We give it up. We ride the mile to the Venice Inn (owned by the same people who own the Empire Inn) and explain to Melissa at the front desk that we biked down from New Orleans and would love a room.

The AC is already on and I feel better immediately. A cool shower reveals at least 42 big bites on my back, legs, and ass, but a Benadryl puts me right out. In the morning they’re calmer. Drew snoozes as I bustle, but we’re on the road by 8, laughing about what we might find in the tent: a bum, sleeping? Another dead alligator? Will it be open? Did someone come to prey on us and find the tent empty? Will we hear about ourselves on the news later?

None of the above. The tent, dirty socks, and accompanying mosquitoes are right where we left them. We pack it up with the quickness and hit the road back to New Orleans.

Two hours down the road is Alice and Woody’s Restaurant. We make a quick stop to retrieve my lost sunglasses (right where I left them under that tree), but otherwise hold out till then and I’m so glad we did. Bacon, eggs, pancakes and hash browns for me… French toast for Drew, with extra bacon and plenty of coffee. The waitress thinks we’re nuts but keeps the ice water coming.

We pedal on and on. We unintentionally manage to miss the hellish bridge (not too long but a crazy steep grade that had Drew walking his heavy bike on Saturday) and ride down some back roads. I stop to pee and Drew picks some wild blackberries…not ripe yet. We pass one house and hear, “Hey! Remember me?” It’s the toothless spiritual advisor from Saturday. We keep going, fight off a dog or two, and eventually have to get back on 23. It’s as un-fun as we remember, but I suggest that we try to make the 1 pm ferry. We kill it on that road, and the tailwind helps, but even though my watch says 12:58, we see the ferry pulling away.

Another one’s not far behind it though, and we make our first ferry crossing of the day. On the other side, we stop at the Plaquemines Parish courthouse, which was burned down in 2002 by someone wanting to destroy the records of his past case. Gina Meyer told us about it and I talk to the woman in the post office, which is set up in a trailer behind the courthouse and is sweetly, blissfully air conditioned.

The ruined courthouse.

The ruined courthouse.

I have a little snit because Drew wants to stay and take more pictures, so we ride separately for a little while. We talk it out and I’m glad, because it’s a long ride before the next ferry, at Belle Chasse, where we choose the smoky but air conditioned cabin. A mom with two bad little boys is in there and I hear him express amazement at my lifesaving, wonderful, amazing Camelbak: “She got water in that bag!”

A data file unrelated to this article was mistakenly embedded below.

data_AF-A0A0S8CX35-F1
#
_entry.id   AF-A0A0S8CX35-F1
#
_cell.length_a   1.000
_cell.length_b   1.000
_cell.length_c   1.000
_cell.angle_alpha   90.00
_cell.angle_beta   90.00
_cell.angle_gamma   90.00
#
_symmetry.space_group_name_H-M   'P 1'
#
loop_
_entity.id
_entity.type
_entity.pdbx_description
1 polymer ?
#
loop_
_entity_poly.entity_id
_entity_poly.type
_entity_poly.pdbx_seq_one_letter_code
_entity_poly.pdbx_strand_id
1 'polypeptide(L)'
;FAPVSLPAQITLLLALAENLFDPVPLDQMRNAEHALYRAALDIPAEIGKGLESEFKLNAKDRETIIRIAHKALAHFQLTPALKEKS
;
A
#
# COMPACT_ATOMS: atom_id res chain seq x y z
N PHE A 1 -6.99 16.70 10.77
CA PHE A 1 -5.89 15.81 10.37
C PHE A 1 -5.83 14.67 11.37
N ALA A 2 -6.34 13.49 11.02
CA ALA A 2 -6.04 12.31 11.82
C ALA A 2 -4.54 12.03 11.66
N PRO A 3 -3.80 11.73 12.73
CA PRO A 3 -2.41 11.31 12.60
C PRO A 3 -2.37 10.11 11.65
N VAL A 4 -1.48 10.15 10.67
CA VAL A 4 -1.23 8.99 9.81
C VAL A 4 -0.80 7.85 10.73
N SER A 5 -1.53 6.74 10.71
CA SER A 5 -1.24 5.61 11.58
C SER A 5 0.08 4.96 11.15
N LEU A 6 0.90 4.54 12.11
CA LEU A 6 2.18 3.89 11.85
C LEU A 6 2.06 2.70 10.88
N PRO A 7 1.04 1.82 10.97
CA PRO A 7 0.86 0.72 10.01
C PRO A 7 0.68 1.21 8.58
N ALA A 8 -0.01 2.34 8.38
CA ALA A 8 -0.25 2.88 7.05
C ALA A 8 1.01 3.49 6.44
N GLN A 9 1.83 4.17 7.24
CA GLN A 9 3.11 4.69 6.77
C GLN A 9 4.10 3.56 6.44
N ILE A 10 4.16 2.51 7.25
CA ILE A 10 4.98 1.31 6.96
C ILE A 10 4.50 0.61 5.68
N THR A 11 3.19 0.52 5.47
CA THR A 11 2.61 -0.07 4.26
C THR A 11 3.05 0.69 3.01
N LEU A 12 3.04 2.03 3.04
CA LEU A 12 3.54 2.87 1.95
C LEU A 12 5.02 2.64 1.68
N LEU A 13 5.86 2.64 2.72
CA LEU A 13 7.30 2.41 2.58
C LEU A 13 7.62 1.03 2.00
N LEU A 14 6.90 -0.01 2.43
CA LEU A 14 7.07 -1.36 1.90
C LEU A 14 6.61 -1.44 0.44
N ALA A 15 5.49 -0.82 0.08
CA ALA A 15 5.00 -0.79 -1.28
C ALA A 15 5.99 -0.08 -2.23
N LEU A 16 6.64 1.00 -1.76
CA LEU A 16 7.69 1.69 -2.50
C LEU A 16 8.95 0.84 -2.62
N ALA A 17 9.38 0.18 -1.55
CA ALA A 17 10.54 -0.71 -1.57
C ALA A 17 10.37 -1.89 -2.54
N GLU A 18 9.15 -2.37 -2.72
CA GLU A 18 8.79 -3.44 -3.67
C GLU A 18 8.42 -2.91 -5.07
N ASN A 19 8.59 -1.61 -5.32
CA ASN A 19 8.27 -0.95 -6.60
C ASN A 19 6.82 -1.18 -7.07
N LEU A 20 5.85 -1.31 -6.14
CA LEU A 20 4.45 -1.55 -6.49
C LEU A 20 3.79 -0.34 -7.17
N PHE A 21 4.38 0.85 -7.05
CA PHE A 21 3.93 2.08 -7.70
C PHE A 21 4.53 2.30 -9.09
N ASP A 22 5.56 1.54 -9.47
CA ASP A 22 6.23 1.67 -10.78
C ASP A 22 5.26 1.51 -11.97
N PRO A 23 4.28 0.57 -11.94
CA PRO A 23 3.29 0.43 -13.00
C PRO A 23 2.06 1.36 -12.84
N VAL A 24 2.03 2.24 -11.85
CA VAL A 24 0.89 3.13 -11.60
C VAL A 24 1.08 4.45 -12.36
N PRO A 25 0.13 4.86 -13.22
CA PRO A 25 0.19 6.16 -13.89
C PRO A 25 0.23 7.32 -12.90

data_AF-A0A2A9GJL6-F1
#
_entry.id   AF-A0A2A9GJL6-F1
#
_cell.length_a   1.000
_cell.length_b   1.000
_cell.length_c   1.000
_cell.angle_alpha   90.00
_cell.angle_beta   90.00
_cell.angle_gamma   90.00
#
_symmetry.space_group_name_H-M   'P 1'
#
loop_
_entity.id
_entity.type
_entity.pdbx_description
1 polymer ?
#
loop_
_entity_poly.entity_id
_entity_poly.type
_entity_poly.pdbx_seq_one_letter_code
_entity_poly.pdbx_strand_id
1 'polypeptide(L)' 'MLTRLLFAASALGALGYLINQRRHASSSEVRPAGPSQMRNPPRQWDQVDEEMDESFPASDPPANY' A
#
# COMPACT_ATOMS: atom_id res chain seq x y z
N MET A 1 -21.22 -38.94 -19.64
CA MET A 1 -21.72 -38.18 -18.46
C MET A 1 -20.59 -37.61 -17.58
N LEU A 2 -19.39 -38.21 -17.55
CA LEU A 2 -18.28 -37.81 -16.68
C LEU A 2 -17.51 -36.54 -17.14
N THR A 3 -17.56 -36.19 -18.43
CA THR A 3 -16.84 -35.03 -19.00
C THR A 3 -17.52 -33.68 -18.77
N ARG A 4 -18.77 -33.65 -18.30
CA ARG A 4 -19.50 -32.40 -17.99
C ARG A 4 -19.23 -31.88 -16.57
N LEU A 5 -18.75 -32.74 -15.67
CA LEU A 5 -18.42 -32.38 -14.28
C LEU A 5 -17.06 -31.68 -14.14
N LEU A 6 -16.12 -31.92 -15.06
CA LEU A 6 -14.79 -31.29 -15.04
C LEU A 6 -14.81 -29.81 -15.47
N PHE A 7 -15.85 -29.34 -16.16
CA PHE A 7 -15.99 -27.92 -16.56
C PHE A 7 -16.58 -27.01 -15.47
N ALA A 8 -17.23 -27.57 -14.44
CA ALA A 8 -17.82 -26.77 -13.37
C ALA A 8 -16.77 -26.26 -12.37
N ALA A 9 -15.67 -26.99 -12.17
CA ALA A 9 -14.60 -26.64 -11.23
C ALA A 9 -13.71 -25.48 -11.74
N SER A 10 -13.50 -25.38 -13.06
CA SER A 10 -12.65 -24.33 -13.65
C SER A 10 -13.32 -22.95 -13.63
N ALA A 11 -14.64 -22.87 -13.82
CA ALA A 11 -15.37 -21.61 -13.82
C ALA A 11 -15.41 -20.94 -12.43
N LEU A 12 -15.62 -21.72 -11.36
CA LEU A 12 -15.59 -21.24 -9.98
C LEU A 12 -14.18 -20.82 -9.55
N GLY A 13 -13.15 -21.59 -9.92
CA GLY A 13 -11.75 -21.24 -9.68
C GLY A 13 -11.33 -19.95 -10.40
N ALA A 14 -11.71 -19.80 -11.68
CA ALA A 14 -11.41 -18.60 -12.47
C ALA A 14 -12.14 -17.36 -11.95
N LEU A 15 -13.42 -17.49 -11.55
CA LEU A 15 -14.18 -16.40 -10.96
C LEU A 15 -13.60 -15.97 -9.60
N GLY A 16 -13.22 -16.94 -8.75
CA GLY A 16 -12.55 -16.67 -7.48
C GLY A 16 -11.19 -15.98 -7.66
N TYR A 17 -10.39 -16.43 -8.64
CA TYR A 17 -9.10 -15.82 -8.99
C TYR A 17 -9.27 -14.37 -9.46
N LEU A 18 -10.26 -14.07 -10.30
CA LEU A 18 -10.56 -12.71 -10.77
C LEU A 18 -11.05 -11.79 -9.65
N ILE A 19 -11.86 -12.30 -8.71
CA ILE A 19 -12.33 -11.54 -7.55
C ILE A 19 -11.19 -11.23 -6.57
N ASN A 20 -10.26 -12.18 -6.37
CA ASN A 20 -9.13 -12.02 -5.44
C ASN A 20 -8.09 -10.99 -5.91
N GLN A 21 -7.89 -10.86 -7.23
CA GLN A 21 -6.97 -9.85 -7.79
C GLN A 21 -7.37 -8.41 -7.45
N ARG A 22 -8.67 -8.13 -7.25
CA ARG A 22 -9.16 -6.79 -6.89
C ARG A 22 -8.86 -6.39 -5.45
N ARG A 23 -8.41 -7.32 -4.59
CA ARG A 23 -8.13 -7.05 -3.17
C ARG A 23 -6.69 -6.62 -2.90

We get off the ferry right as a woman getting on finds her car won’t start. She’s already on the boat, with a long line behind her, so Drew helps push her.

We realize it’s only 11 more miles to Algiers and we’re thrilled—until we see the miles. First, a traffic-packed main street we can’t possibly ride on, so we hit the sidewalk on the other side. Then we turn on to a less trafficked but fast road, only two lanes which is actually the worst because people can’t always pass you. We haul ass on that road and get off it as fast as we can, only to find that next is another ridiculous bridge—not quite as steep as the one in Empire (at least we never have to get off and walk) but long…it’s got to be at least a mile up. We make it and I’m thrilled. I love the feeling of conquering a physical challenge.

A few more meandering miles to the Algiers ferry; the road we’re supposed to take leads us to a “No Trespassing” sign at a port, but one gate is open. No way to exit, though, so we double back through some not-too-nice neighborhoods. And finally, there we are, at the Dry Dock, site of our first date back in December. After some disappointing spinach salads, Drew orders a burger and I hit some shrimp scampi, plus the most delicious beers ever.

We contemplate dessert but decide instead to push back to New Orleans for chocolate chip cookies. On the ferry, the decision is made to buy cookie dough at Rouse’s, hit the Rogue Chateau for a final tag, then ride in tandem uptown to get my dog Nola, eat cookies, drink champagne, and call it mission accomplished. After a pleasant morning and breakfast at Coulis, we part ways, and I have to remind myself that plenty of people come into your life for a reason or a season, and there is so much to be learned from this one…